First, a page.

CD8+ T cell immunity against a tumor/self-antigen is augmented by CD4+ T helper cells and hindered by naturally occurring T regulatory cells

Paul A. Antony, Ciriaco A. Piccirillo, Akgül Akpinarli, Steven E. Finkelstein, Paul J. Speiss, Deborah R. Surman, Douglas C. Palmer, Chi Chao Chan, Christopher A. Klebanoff, Willem W. Overwijk, Steven A. Rosenberg, Nicholas P. Restifo

Research output: Contribution to journalArticlepeer-review

Abstract

CD4+ T cells control the effector function, memory, and maintenance of CD8+ T cells. Paradoxically, we found that absence of CD4+ T cells enhanced adoptive immunotherapy of cancer when using CD8+ T cells directed against a persisting tumor/self-Ag. However, adoptive transfer of CD4+CD25- Th cells (Th cells) with tumor/self-reactive CD8+ T cells and vaccination into CD4+ T cell-deficient hosts induced autoimmunity and regression of established melanoma. Transfer of CD4+ T cells that contained a mixture of Th and CD4+CD25+ T regulatory cells (Treg cells) or Treg cells alone prevented effective adoptive immunotherapy. Maintenance of CD8+ T cell numbers and function was dependent on Th cells that were capable of IL-2 production because therapy failed when Th cells were derived from IL-2-/- mice. These findings reveal that Th cells can help break tolerance to a persisting self-Ag and treat established tumors through an IL-2-dependent mechanism, but requires simultaneous absence of naturally occurring Treg cells to be effective.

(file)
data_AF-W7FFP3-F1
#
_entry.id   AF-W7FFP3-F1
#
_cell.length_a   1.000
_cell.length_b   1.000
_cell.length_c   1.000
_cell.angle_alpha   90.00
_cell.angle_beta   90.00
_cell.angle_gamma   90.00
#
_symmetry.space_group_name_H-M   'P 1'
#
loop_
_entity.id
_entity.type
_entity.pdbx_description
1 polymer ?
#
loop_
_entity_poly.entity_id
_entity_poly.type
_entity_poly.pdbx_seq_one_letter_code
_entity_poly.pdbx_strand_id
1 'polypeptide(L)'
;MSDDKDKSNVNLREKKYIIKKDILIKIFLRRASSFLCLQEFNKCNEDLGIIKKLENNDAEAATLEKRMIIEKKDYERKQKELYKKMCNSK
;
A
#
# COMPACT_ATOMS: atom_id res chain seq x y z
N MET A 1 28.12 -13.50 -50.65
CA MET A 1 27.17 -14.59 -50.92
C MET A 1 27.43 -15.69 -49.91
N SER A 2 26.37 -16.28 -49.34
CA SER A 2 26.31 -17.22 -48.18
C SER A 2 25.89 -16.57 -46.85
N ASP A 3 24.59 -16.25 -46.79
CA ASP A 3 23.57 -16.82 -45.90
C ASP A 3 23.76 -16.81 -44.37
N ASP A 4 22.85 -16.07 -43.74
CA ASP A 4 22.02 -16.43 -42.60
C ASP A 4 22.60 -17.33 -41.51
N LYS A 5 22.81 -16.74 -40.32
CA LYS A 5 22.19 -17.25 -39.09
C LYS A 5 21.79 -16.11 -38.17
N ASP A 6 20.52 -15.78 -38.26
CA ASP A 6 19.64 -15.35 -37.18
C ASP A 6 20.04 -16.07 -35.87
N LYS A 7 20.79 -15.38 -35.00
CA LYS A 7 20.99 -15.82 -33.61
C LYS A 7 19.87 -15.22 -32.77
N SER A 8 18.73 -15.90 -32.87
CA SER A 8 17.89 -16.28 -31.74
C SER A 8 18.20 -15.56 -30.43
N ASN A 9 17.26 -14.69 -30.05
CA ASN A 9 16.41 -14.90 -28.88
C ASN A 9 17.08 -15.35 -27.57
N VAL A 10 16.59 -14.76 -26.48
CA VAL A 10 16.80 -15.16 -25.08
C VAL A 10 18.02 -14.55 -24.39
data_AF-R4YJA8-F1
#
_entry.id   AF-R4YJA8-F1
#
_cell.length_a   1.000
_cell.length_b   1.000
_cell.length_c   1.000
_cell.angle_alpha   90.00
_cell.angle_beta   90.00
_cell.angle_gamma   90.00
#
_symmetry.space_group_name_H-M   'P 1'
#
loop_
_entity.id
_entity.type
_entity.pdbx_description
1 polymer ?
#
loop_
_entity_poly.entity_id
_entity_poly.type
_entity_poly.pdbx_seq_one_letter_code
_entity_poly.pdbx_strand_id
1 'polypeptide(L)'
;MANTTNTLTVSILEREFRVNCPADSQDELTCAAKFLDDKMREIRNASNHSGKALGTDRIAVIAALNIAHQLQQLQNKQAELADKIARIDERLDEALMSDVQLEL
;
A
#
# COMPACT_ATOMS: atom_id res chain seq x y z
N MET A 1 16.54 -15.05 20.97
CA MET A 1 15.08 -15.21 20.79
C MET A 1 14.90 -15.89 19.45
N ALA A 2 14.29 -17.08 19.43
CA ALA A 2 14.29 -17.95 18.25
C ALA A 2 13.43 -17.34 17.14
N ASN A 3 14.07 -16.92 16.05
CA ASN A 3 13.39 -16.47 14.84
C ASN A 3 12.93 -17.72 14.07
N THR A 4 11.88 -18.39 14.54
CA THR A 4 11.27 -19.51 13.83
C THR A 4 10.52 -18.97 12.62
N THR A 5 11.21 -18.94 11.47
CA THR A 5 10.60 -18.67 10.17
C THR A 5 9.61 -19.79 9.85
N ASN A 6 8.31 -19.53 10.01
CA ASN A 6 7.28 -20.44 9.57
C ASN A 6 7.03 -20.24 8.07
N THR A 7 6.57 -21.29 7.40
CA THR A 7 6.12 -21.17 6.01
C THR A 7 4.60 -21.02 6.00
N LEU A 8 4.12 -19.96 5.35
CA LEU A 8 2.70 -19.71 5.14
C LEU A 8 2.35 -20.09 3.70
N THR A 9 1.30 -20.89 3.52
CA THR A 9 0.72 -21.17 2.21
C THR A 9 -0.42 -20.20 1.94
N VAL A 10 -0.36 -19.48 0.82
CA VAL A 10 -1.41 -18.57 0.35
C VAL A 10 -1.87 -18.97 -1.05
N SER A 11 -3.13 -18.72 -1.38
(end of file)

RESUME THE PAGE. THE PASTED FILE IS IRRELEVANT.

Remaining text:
Original languageEnglish (US)
Pages (from-to)2591-2601
Number of pages11
JournalJournal of Immunology
Volume174
Issue number5
DOIs
StatePublished - Mar 1 2005

ASJC Scopus subject areas

  • Immunology and Allergy
  • Immunology

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